From time to time, each of us needs to stand back, look ourselves in the eye, and ask, “What has the Protestant work ethic done for us lately.”
We at Classics Corner hid out at a mountain resort last week to do just this. For fun, we brought along Hesiod, a seventh or eighth century BC farmer-poet from the backwaters of Greece. As it turns out, Hesiod is one of history’s first workaholics, but even he says to rest in August, when work is done, the sun is hot, and “women’s lust knows no bounds.”
“Then,” he says, “ah then, I wish you a shady ledge and your choice wine.” He also recommends thick goat’s milk, freshly baked bread, the meat of a free-range heifer, and sparkling wine mixed with three parts water. Having none of these essentials on hand, we substituted scotch and tried to avoid fried foods.
While we did not find Hesiod’s remarks upon the habits of women to be particularly accurate, we were still obsessively drawn to Works and Days, his 829 line poem on how to work hard, marry well, lead an honest life, have good crops, and avoid drowning at sea or blaspheming the gods.
Hesiod’s poem is addressed to his lazy brother Perses, who bribed the local “gift-devouring kings” to lawyer the poet out of his inheritance. Perses is exhorted to end his scheming, get off his butt, and “Work!”
Ever since Prometheus egged the gods into hiding the “means of livelihood” in the earth, most of us poor humans have had to scratch out our precarious existence with constant toil. This, says Hesiod, is the way of the world. Life is struggle, he says. Get used to it.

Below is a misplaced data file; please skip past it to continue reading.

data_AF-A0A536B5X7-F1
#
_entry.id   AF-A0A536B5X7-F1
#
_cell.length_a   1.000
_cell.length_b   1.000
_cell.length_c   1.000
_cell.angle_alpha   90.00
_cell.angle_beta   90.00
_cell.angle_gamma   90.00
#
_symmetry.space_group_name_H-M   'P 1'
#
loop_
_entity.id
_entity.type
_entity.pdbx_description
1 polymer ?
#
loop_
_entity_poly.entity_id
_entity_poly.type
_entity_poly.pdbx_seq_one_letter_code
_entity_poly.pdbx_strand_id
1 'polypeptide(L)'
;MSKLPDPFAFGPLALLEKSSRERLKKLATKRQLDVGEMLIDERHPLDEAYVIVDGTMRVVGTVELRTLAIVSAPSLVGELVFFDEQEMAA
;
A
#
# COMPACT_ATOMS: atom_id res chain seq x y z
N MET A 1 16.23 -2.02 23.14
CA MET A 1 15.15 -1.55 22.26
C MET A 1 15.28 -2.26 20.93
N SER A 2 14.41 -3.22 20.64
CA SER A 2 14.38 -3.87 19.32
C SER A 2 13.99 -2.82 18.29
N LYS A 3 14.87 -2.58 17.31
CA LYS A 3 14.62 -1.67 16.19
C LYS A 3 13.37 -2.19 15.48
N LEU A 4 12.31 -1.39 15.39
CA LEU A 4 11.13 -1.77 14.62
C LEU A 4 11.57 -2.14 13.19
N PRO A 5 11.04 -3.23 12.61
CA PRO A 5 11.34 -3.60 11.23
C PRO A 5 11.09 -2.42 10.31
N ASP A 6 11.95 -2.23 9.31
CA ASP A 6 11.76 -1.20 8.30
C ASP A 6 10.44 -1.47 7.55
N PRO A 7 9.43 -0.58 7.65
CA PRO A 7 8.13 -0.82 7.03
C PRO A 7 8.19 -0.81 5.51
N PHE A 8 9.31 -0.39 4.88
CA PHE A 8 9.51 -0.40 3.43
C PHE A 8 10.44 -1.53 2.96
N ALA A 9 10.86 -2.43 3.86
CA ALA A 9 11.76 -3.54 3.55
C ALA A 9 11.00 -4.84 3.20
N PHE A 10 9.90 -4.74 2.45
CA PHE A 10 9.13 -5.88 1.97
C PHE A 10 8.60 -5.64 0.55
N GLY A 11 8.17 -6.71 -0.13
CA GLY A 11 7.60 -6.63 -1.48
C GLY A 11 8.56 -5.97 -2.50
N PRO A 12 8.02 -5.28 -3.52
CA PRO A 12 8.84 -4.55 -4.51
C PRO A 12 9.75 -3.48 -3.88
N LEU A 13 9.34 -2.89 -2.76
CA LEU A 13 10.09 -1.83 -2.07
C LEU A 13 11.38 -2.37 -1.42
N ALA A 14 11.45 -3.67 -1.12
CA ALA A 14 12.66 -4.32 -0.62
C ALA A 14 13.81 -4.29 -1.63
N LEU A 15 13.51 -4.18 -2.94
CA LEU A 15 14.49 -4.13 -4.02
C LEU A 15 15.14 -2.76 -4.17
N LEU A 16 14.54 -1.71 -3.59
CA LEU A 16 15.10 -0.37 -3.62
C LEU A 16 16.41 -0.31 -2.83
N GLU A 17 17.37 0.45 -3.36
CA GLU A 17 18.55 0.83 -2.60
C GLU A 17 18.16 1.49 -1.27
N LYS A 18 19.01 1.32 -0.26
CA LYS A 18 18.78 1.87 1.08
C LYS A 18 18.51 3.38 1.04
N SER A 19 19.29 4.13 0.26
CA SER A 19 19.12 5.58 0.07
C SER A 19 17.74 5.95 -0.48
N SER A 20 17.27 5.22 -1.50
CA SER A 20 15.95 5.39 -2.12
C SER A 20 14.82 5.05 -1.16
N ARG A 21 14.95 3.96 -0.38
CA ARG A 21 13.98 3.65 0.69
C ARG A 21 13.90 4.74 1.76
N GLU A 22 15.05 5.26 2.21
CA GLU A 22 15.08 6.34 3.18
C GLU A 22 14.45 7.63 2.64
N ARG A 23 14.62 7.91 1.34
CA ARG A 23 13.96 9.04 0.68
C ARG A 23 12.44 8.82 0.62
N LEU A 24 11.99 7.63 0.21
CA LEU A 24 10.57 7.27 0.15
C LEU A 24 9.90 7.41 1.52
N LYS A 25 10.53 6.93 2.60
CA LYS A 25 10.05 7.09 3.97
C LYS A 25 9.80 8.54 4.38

From the perspective of our lakeside adirondack chair, we found all of this quite bracing indeed.
But we were drawn most to Hesiod’s obsession with justice. Having recently survived the prayer-soaked public coronations of Bush and Gore, we found the poet’s idea of a people’s god immensely appealing.
Belief in justice, says Hesiod, transcends the individual to concern the entire community. In an immoral world where might makes right, “grief and pain will find us defenseless,” and “evil doers and scoundrels will be honored.”
Hesiod believes there are spirits who function as the ethics police, invisibly roaming the earth and seeing that justice is served. When corruption is allowed to spread, he says, the entire community is punished, so everyone has an immediate interest in behaving morally.
Even Hesiod, however, has his moments of bitterness and doubt. “As matters stand,” he says, “may neither I nor my son be just men in this world, because it is a bad thing to be just if wrongdoers win the court decisions.”
In Hesiod’s world, god looks out for the little guy, and his faith in this keeps him an honest man. Hesiod’s practical mind would see a god of the rich, powerful, and corrupt as worse than no god at all. His is a useful belief, and 2,800 years later, with god half-dead, it still rings true.